A wild Rabbit gadget appears while Google offers its own take on Apple software tricks

At CES 2024, the show floor is open and people are making their way through Las Vegas’ sprawling convention centers and hotel ballrooms to see the latest and weirdest tech products. The Engadget team braves both car and human traffic to get face and hand time (and other body parts?) with the coolest demos here, and companies don’t stop holding press conferences and announcing new items. If you don’t have time to analyze each individual headline, or if you’re here in Vegas and want to know where to go, here’s a recap of the biggest news from day two of CES 2024.

One of the biggest booths at the show was, as always, Google and company enough news to share. In keeping with the same “better together” theme it’s been doing for the past few years, Google shared updates to cross-device software like Fast Pair and announced that it’s working with Samsung to integrate and rename Nearby Sharing into Quick Share. is the current name of the Samsung version of the same thing. This should hopefully simplify things for Android users and give them a more unified alternative to Apple’s AirDrop. Details on whether or not the changes are coming to Samsung users have been scarce, but those with Nearby Sharing should see a new icon soon.

Google has also added support for people to Chromecast TikTok videos to compatible TVs and screens and their apps some Ford, Nissan and Lincoln vehicles later this year. Android Auto will also be available can share your electric car’s battery levels with Google Maps so it can factor charging stations, charging times and stops into your routes. This is again similar to the feature in Apple’s next-gen CarPlay.

Speaking of electric cars, Honda also debuted new EV concepts called the Saloon and Space Hub. The saloon is a sedan with an aerodynamic design and sits low, while the Space Hub is a minivan with a bit of a boxer and its seats are facing passengers. While Honda has said it will develop a model based on the Saloon concept car for North American markets in 2026, there is no word yet on the Space Hub.

In other transportation news, Hyundai brought an updated version of its S-A2 Air Taxi to the show. The S-A2 is an electric vehicle for vertical takeoff and landing, capable of reaching an altitude of 1,500 feet and a speed of 120 miles per hour. It’s designed for short trips between 25 and 40 miles, and the company envisions it as a daily transportation solution for urban areas.

We’ve received more smart home news from companies other than Google, including Amazon, which says it will adopt the Matter standard for Casting, but won’t support Chromecast or Apple’s AirPlay. How beautiful. We also saw a new one face scanning and palm-reading door locks, Smart outdoor lights by Nanoleaf and new Weber Searwood smart grill it’s cheaper and more versatile.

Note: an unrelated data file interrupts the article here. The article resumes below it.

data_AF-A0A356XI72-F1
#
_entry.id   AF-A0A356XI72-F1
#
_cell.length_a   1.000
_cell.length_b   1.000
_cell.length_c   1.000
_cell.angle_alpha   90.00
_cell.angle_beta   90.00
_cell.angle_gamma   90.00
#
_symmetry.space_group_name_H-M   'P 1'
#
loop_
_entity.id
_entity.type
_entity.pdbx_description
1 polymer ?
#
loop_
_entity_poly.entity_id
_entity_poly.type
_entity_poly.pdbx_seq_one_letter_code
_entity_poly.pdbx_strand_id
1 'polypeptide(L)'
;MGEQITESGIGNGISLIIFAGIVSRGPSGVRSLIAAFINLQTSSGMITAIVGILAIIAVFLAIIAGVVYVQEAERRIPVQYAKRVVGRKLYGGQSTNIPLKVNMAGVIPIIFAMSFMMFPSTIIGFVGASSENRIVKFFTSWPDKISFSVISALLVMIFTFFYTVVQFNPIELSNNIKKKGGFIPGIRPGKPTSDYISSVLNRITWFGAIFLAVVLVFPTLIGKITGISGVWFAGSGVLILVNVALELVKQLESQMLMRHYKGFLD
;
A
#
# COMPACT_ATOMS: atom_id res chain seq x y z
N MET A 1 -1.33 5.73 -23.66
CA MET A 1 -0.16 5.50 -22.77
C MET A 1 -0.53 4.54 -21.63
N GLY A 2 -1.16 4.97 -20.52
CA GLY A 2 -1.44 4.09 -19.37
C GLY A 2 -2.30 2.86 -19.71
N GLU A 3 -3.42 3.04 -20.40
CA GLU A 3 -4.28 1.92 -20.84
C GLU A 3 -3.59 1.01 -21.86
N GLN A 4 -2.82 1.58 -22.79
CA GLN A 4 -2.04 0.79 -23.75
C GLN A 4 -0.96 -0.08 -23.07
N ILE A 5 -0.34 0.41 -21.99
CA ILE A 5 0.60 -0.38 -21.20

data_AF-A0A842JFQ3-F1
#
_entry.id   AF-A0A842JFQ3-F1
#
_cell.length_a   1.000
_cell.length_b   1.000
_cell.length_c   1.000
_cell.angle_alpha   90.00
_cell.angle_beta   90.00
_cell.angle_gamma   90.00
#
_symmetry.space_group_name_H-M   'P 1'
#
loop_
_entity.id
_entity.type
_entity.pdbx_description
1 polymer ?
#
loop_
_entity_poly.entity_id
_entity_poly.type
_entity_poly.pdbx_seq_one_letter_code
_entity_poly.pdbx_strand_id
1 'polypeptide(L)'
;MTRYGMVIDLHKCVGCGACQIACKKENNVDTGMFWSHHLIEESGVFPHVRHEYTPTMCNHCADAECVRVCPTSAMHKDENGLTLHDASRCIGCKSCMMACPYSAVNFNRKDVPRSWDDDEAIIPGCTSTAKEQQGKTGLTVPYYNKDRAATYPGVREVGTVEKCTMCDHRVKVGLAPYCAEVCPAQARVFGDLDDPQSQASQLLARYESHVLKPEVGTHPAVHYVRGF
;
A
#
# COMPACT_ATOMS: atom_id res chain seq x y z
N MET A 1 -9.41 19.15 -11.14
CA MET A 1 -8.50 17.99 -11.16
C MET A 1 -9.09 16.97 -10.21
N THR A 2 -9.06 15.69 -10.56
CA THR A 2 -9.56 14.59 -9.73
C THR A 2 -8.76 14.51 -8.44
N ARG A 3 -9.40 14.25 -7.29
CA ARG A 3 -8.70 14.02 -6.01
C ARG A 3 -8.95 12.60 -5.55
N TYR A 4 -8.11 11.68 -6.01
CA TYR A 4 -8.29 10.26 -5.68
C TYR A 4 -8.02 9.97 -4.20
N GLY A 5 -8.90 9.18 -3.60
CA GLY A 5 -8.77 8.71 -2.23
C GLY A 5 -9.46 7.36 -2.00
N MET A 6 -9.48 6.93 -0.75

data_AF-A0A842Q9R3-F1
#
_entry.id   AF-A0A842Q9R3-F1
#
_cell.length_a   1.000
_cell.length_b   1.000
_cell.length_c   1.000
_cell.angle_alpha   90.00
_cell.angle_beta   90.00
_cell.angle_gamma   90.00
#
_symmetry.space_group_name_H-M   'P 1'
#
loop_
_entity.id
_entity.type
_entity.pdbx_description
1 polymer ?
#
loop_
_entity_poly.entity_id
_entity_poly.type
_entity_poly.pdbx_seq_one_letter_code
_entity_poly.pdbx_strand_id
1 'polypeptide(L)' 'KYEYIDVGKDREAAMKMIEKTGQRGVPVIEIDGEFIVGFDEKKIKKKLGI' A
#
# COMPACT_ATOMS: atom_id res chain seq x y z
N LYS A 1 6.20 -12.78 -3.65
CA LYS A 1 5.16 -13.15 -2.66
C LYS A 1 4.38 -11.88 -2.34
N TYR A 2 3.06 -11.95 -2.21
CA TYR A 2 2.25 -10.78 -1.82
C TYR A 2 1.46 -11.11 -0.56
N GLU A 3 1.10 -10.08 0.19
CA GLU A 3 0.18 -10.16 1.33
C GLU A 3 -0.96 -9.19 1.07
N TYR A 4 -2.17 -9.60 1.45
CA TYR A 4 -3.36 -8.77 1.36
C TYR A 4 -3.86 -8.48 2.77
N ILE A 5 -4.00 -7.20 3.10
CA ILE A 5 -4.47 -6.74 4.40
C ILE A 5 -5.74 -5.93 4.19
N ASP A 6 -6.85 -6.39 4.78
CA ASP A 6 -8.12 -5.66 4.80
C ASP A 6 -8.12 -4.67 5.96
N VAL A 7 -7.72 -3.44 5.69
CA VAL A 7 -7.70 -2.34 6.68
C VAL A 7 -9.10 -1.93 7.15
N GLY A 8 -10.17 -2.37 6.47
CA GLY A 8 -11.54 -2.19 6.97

Including mobile news Clicks iPhone keyboard case a surprising, adorable device called Rabbit R1. It’s introduced as an AI-powered assistant in the adorable squared walkie-talkie, co-designed by Teenage Engineering. It has a small 2.88-inch touchscreen, an analog scroll wheel, two microphones, a speaker, and a 360-degree camera that you can rotate around your face or the back of the phone. You have to hold down a button (like a walkie-talkie) and talk to the Rabbit AI and ask it to do anything, like order an Uber or search for a recipe with a specific list of ingredients.

There was a lot more at the show, but I wanted to take a moment to highlight a number of interesting accessibility products. We saw OrCam Hear system It is designed to help people with hearing loss isolate the sounds of specific speakers in crowded environments. There is also one GyroGlovea glove that stabilizes hands for people with hand tremors, as well as a Mouthpad that lets you control your phone, tablet or laptop with your tongue.

We’ve also seen an update to the Audio Radar system, which provides visual cues for hearing-impaired players to see where sounds are coming from and what types of sounds they might be. It’s heartening to see all this development in assistive technology at CES, especially since the industry often spends so much time and money on things of lesser value.

We’re nearing the end of the show, and as we prepare to do our final inspections of the show floor, the Engadget team is also looking back and thinking about the best things we saw at CES 2024. We will bring together the best of us. coming soon to the CES awards list, so be sure to check back to see what we’ve decided are the winners of the show.

We’re reporting live from CES 2024 in Las Vegas, January 6-12. Stay up to date with the latest news from the show here.

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